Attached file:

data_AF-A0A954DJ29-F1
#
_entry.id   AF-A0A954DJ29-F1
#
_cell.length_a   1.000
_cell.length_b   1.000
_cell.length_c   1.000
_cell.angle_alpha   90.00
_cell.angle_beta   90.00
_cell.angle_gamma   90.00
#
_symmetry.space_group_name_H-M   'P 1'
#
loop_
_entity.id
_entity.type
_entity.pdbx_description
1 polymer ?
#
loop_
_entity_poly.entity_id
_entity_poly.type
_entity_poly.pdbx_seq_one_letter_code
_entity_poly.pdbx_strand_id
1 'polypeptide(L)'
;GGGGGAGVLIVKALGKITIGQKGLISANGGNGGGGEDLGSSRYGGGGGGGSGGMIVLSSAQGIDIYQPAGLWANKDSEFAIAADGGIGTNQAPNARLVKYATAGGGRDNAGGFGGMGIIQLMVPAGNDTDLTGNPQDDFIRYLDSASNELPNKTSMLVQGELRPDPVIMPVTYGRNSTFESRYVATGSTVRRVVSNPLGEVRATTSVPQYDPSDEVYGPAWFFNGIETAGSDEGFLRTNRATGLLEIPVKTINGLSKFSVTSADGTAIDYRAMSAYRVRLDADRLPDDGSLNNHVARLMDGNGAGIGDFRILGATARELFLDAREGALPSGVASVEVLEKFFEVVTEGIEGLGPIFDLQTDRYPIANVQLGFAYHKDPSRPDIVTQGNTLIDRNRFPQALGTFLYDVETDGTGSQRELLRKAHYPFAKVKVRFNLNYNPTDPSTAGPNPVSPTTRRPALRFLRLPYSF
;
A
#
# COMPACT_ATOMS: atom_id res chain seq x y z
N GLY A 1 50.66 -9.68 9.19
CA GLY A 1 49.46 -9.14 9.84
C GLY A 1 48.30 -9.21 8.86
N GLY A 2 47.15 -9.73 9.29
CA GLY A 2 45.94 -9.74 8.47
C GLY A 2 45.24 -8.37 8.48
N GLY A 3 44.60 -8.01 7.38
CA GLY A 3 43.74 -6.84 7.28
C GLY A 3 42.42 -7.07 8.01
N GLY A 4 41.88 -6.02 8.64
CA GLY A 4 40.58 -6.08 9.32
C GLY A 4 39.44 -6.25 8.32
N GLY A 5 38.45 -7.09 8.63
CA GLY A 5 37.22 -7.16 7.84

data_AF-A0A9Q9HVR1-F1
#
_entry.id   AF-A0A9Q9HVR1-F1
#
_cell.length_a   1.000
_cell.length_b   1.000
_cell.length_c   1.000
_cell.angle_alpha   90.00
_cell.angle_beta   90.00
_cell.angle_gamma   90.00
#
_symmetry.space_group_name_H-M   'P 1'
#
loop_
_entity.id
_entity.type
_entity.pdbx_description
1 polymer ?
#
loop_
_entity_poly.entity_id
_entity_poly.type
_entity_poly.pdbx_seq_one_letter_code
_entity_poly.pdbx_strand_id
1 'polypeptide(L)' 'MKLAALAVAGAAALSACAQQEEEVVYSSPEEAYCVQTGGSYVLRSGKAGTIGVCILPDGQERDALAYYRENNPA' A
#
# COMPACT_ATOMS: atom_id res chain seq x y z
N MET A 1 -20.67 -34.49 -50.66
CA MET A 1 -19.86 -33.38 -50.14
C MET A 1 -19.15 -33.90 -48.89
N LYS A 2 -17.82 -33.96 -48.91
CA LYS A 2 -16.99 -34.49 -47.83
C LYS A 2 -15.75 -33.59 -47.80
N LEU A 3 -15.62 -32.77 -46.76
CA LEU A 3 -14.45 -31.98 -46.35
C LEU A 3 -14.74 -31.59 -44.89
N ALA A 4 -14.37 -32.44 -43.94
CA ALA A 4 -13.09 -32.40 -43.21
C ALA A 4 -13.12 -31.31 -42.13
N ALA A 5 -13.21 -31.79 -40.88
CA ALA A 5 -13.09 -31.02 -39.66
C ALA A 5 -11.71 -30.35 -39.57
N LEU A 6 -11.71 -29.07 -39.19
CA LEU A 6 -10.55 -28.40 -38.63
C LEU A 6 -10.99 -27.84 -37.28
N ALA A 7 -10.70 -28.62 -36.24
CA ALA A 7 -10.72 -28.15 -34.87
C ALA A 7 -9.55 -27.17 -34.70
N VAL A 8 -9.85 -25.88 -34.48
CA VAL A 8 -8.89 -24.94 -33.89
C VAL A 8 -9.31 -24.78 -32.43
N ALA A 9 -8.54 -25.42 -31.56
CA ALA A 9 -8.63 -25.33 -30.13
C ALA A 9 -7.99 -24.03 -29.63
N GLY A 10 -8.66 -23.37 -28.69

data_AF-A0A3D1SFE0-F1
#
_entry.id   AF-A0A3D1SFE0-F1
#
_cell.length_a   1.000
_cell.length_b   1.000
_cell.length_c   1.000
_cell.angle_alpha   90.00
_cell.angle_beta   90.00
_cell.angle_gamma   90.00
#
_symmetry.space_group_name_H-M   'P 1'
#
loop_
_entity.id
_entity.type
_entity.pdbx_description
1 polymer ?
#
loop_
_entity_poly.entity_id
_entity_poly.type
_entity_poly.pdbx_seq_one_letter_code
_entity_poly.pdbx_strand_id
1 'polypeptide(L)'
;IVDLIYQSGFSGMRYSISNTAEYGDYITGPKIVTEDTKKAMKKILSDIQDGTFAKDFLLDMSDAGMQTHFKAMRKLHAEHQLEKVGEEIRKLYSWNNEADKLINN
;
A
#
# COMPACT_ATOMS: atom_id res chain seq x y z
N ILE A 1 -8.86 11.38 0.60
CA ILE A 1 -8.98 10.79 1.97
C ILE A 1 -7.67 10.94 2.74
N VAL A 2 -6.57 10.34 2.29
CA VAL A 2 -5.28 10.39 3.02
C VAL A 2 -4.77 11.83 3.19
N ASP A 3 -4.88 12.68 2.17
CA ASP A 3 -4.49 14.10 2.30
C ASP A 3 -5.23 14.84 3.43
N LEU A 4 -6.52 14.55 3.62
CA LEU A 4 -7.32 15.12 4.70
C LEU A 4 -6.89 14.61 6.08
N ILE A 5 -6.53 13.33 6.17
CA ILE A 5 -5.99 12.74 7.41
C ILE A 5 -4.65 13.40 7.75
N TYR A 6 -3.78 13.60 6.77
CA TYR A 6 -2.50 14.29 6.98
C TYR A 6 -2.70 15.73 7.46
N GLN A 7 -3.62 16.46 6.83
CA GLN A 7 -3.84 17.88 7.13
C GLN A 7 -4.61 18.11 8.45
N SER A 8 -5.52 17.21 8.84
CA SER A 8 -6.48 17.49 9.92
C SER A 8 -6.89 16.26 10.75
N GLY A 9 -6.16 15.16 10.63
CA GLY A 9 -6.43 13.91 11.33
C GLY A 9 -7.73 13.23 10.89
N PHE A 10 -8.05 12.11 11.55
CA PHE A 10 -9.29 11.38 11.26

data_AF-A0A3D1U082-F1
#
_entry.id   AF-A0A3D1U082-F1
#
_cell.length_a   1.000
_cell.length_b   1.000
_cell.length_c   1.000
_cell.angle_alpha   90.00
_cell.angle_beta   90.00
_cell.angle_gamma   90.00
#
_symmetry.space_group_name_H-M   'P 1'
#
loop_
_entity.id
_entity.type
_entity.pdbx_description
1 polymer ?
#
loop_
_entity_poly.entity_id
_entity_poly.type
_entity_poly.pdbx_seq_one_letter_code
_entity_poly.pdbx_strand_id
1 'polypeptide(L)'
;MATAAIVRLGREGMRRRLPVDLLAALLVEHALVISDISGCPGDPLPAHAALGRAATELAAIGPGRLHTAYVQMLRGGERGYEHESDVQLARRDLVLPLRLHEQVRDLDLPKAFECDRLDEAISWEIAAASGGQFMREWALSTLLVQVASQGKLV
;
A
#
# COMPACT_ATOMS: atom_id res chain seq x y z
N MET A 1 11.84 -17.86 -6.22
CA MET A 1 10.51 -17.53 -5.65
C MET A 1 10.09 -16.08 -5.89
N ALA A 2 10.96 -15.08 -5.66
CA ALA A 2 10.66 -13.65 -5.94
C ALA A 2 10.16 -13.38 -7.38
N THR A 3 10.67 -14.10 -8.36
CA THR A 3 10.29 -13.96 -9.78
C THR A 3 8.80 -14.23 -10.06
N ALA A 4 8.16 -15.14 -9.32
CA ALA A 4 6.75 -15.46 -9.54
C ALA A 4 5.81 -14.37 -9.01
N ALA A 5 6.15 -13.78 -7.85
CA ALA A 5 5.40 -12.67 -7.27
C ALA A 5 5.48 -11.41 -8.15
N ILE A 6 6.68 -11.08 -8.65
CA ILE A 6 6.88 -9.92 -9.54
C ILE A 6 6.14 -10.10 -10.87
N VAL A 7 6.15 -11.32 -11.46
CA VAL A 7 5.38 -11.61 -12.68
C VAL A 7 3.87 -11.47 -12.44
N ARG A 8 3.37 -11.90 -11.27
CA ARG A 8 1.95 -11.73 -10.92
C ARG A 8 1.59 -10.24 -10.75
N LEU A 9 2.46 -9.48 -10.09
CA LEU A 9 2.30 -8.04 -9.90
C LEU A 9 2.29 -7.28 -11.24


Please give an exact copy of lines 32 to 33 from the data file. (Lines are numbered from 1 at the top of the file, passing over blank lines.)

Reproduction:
CA GLY A 1 49.46 -9.14 9.84
C GLY A 1 48.30 -9.21 8.86